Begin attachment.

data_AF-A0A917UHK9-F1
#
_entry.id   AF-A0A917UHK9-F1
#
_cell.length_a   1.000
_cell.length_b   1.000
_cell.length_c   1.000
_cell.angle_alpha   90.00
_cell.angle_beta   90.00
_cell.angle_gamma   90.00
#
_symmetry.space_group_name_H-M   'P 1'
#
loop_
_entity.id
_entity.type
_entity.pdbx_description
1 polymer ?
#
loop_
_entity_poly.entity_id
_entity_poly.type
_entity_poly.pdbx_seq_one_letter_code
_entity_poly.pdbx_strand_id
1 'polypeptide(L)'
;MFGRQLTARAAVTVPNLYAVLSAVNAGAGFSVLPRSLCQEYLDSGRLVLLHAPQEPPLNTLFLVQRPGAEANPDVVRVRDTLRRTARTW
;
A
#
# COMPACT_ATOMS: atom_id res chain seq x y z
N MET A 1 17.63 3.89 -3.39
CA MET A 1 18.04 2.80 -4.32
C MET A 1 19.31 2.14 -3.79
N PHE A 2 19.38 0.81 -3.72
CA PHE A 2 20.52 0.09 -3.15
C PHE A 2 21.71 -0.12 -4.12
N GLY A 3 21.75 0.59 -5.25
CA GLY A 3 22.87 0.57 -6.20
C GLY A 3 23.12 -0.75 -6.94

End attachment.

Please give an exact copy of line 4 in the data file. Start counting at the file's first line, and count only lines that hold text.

#